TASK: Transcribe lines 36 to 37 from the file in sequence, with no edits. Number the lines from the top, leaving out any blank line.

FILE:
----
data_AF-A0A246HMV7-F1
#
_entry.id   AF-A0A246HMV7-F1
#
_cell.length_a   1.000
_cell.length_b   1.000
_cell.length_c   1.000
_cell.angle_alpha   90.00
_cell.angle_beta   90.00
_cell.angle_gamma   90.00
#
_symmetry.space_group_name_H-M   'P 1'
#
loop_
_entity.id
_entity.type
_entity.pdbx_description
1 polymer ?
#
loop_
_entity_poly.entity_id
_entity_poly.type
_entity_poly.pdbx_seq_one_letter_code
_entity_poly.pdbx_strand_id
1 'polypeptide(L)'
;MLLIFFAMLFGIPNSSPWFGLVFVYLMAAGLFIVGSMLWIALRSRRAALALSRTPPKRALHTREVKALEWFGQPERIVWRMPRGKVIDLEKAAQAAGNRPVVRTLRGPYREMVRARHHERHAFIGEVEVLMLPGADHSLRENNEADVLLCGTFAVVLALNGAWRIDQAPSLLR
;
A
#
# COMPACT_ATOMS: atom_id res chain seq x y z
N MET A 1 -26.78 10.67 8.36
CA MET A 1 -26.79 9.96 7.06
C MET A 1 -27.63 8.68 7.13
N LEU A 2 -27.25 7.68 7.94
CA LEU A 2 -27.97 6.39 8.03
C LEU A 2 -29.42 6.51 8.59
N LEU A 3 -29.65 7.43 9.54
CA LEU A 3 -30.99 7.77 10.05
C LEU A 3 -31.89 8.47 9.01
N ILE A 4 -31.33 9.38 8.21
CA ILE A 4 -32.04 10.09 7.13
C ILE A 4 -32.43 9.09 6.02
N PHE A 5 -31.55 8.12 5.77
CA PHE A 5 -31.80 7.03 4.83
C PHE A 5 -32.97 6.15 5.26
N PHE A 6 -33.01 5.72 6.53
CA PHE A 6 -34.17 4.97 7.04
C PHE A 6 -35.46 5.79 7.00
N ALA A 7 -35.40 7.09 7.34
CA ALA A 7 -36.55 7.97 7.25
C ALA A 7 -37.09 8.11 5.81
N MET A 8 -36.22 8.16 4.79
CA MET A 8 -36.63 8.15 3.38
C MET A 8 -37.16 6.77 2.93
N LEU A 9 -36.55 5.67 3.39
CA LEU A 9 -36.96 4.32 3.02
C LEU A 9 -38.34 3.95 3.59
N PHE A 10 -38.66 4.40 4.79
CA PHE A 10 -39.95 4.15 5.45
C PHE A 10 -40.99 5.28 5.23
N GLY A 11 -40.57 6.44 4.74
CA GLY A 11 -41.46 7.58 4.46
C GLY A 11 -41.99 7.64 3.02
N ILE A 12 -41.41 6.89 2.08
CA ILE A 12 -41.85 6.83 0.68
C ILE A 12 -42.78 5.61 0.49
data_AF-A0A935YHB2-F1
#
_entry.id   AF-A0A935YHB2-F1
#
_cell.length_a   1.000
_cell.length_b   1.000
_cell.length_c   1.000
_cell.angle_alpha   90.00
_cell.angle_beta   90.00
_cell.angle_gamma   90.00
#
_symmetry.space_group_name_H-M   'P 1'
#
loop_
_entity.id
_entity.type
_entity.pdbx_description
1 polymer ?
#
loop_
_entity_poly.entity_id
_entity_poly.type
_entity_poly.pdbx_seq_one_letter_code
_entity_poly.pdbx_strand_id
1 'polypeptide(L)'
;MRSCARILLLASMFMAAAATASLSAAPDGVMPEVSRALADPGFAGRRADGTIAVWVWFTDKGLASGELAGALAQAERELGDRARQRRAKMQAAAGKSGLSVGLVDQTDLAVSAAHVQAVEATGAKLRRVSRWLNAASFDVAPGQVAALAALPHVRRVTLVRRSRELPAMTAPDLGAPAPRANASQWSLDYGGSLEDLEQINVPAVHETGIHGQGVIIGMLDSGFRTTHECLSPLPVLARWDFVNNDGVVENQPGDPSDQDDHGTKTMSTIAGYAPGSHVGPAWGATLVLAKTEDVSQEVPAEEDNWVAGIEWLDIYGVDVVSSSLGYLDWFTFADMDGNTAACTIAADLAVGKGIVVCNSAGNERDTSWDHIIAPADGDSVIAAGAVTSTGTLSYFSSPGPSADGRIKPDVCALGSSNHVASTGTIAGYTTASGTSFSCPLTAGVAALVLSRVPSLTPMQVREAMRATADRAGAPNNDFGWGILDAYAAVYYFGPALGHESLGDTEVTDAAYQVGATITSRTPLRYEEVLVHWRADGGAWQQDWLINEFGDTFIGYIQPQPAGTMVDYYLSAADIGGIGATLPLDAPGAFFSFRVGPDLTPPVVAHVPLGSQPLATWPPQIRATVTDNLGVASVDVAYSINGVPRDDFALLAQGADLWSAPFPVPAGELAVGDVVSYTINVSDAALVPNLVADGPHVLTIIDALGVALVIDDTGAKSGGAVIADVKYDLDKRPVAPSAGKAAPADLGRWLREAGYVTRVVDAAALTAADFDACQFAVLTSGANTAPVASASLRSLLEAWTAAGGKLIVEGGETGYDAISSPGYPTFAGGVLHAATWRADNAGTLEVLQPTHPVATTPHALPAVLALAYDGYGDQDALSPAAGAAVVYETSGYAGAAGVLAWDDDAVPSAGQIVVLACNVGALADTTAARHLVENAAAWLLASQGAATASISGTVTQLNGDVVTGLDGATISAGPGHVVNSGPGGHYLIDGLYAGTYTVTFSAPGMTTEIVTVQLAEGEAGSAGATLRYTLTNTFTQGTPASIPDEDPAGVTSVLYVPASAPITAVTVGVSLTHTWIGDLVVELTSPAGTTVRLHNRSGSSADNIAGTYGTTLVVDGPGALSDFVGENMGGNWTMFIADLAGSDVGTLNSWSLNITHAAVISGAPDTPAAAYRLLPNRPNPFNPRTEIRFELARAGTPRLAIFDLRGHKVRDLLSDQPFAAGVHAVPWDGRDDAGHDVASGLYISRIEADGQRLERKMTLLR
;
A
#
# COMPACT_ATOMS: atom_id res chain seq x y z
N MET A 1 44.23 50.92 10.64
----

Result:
C LEU A 2 -29.42 6.51 8.59
N LEU A 3 -29.65 7.43 9.54